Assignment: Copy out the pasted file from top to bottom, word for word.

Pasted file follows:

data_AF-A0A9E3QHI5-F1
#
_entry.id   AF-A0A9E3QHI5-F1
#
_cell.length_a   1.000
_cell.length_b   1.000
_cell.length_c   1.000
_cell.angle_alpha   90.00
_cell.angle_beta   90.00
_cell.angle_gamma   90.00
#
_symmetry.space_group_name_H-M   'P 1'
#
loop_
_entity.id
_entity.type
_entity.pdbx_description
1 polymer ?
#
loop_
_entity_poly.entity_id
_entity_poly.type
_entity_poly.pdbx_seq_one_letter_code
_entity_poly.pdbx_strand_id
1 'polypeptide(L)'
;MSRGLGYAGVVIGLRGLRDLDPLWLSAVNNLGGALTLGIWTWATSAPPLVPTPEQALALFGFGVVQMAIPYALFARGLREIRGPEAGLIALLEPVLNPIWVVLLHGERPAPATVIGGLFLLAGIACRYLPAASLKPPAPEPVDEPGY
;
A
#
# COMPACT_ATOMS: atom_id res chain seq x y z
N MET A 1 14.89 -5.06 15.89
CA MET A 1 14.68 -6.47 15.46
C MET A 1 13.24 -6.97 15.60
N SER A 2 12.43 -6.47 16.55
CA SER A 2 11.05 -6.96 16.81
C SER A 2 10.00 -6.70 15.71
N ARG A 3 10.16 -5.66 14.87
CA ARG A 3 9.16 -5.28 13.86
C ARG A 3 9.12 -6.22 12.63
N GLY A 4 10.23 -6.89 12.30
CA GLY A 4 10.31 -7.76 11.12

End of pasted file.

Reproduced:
data_AF-A0A9E3QHI5-F1
#
_entry.id   AF-A0A9E3QHI5-F1
#
_cell.length_a   1.000
_cell.length_b   1.000
_cell.length_c   1.000
_cell.angle_alpha   90.00
_cell.angle_beta   90.00
_cell.angle_gamma   90.00
#
_symmetry.space_group_name_H-M   'P 1'
#
loop_
_entity.id
_entity.type
_entity.pdbx_description
1 polymer ?
#
loop_
_entity_poly.entity_id
_entity_poly.type
_entity_poly.pdbx_seq_one_letter_code
_entity_poly.pdbx_strand_id
1 'polypeptide(L)'
;MSRGLGYAGVVIGLRGLRDLDPLWLSAVNNLGGALTLGIWTWATSAPPLVPTPEQALALFGFGVVQMAIPYALFARGLREIRGPEAGLIALLEPVLNPIWVVLLHGERPAPATVIGGLFLLAGIACRYLPAASLKPPAPEPVDEPGY
;
A
#
# COMPACT_ATOMS: atom_id res chain seq x y z
N MET A 1 14.89 -5.06 15.89
CA MET A 1 14.68 -6.47 15.46
C MET A 1 13.24 -6.97 15.60
N SER A 2 12.43 -6.47 16.55
CA SER A 2 11.05 -6.96 16.81
C SER A 2 10.00 -6.70 15.71
N ARG A 3 10.16 -5.66 14.87
CA ARG A 3 9.16 -5.28 13.86
C ARG A 3 9.12 -6.22 12.63
N GLY A 4 10.23 -6.89 12.30
CA GLY A 4 10.31 -7.76 11.12